Micro blogs make graft fight hot news
Updated: 2013-05-15 08:50
By Cui Jia and Cao Yin (China Daily)
More people are using social media to tackle corrupt officials, as Cui Jia and Cao Yin report.
As one of the first people in China to attempt to expose corrupt officials via micro blogs, Zhou Wenbin considers himself the teacher of Luo Changping, a reporter who recently used his micro blog to accuse a ministry-level official of abuse of power.
Zhou, who works at Lixin county's land and resources bureau in Bozhou city, Anhui province, didn't realize the power of the micro blog until he decided to post news of his visit to the city's Commission for Discipline Inspection on April 13, 2011, where he planned to accuse his bureau chief of accepting bribes.
"I spent a year informing the county-level Commission for Discipline Inspection of my suspicions, but they just ignored me," Zhou, 45, said.
However, when he told a friend about his plan to take the issue to a higher authority, the friend suggested he use Sina Weibo, a micro blog service often known as "China's Twitter", to publicize the trip and generate greater public attention.
Zhou registered for a Sina Weibo account, and practiced making posts on his "not-so-smart mobile phone" for a week before he carried out his plan.
During Zhou's journey to Bozhou and roughly an hour after he sent his first post exposing his bureau chief, the City Commission for Discipline Inspection contacted him, as did a television station, which displayed great interest in reporting the story. "I didn't expect to get feedback that quickly. Many people used their micro blogs to express support for me, which made me feel I wasn't alone."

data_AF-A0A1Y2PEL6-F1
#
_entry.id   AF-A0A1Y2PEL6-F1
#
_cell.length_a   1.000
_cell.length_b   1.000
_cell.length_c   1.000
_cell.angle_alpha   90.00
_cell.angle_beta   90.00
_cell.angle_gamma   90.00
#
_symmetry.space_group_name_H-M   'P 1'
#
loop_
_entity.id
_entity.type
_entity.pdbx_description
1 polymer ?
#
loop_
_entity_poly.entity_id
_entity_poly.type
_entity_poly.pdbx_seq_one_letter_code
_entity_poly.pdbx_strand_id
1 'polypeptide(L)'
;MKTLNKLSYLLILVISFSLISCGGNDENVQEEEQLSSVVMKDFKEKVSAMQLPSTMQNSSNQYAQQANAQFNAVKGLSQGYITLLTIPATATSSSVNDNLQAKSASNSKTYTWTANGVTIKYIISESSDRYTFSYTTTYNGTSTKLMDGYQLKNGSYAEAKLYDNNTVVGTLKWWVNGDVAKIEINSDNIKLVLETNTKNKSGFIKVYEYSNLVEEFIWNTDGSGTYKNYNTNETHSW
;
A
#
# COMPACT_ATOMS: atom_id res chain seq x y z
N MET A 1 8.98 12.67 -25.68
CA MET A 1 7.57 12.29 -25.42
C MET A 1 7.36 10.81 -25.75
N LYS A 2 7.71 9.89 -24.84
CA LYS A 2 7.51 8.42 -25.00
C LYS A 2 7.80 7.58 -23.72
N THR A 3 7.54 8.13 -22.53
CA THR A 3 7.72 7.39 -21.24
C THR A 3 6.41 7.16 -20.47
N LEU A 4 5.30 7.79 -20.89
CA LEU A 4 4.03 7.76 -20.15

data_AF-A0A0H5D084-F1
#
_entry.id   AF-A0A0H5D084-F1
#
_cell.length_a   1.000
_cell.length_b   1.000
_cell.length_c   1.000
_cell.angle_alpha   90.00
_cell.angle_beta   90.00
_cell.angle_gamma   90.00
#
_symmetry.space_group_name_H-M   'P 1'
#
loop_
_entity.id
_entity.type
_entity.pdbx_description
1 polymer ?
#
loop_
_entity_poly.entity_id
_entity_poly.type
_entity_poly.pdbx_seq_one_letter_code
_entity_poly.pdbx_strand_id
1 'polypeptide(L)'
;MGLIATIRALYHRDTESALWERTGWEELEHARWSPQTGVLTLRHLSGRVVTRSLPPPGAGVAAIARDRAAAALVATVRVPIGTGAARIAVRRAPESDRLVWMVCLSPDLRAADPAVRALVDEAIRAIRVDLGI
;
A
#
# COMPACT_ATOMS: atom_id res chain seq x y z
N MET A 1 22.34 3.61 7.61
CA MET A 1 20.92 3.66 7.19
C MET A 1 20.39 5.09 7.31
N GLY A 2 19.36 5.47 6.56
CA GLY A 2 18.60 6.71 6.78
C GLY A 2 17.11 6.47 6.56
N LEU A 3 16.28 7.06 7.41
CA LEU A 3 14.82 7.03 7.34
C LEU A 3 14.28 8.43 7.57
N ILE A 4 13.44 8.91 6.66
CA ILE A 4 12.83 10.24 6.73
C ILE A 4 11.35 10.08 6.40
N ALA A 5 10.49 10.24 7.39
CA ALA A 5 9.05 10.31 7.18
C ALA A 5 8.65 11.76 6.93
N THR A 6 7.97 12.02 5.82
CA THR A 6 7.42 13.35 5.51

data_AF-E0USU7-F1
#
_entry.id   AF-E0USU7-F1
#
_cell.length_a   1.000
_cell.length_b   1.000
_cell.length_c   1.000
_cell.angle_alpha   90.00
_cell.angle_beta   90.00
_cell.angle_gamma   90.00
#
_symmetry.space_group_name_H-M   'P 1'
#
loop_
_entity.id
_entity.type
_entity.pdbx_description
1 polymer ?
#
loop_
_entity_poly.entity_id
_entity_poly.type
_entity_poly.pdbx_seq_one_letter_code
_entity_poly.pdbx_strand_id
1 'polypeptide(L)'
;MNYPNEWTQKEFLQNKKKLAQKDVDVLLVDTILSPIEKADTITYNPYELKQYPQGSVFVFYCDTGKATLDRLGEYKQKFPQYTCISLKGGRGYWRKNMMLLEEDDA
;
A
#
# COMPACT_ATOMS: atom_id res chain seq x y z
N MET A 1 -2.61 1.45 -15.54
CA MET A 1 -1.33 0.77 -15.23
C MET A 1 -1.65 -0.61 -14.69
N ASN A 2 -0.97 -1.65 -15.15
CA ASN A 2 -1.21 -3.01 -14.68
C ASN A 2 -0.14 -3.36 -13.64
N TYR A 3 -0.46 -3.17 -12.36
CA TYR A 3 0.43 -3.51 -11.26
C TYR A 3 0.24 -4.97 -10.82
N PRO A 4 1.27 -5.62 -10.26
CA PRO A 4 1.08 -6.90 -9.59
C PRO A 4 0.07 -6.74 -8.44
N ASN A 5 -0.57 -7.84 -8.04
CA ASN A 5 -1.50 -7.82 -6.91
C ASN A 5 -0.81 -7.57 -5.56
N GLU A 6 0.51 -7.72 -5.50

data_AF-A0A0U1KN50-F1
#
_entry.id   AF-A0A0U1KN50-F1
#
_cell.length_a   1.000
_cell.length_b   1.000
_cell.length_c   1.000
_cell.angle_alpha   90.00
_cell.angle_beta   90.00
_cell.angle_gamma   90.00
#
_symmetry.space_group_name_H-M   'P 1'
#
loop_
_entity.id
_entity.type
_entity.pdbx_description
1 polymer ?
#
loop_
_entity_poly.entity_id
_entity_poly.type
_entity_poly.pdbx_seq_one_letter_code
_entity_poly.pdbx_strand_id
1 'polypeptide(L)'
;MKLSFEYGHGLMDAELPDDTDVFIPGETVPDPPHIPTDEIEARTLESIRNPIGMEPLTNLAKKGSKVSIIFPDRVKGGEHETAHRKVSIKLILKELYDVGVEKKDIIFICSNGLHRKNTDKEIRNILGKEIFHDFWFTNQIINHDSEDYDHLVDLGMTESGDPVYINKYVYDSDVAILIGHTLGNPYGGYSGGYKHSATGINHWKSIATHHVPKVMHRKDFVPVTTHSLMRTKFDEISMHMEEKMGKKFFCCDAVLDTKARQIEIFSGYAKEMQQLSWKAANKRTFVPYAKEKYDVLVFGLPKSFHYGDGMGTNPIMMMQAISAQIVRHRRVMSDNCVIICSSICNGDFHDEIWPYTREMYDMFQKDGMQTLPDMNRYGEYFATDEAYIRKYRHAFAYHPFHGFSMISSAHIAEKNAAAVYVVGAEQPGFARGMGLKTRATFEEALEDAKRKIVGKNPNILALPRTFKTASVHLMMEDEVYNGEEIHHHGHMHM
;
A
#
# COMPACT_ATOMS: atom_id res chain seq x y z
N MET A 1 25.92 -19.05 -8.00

Under pressure from the public and the press, the commission dispatched a team to Lixin county to investigate the case three days after Zhou's visit. Zhou's claims were upheld and the bureau chief was warned and disciplined.
'Flies' and 'tigers'
"What I did was quite innovative back then, but now exposing officials on micro blogs has become an everyday occurrence because of the attention it generates, both from the public and the media," said Zhou, who recently bought a smartphone to enable him to update pictures and text more quickly.
"I only caught a 'fly', while Luo caught the first 'tiger' in the wake of a pledge by China's new leadership to fight corruption. We both have to thank the micro blogs," added Zhou.
In April, President Xi Jinping reaffirmed his Party Congress message that the disciplinary authorities must crack down on both "tigers" and "flies", referring to officials involved in major or minor corruption.
Liu Tienan was removed from his official posts on Tuesday. [Photo by Zhang Ke / for China Daily]
In December, Luo used his Sina Weibo account to publicly accuse Liu Tienan, director of the National Energy Administration and a deputy director of the National Development and Reform Commission, of falsifying his academic qualifications and engaging in "improper dealings" with business associates.
Luo said on Monday that it had taken him a year to confirm and crosscheck the tip-offs he'd received before posting them on his micro blog. In its initial response to Luo's accusations, the NEA press office denied the allegations, but it emerged that Liu was removed from his official posts on Tuesday.
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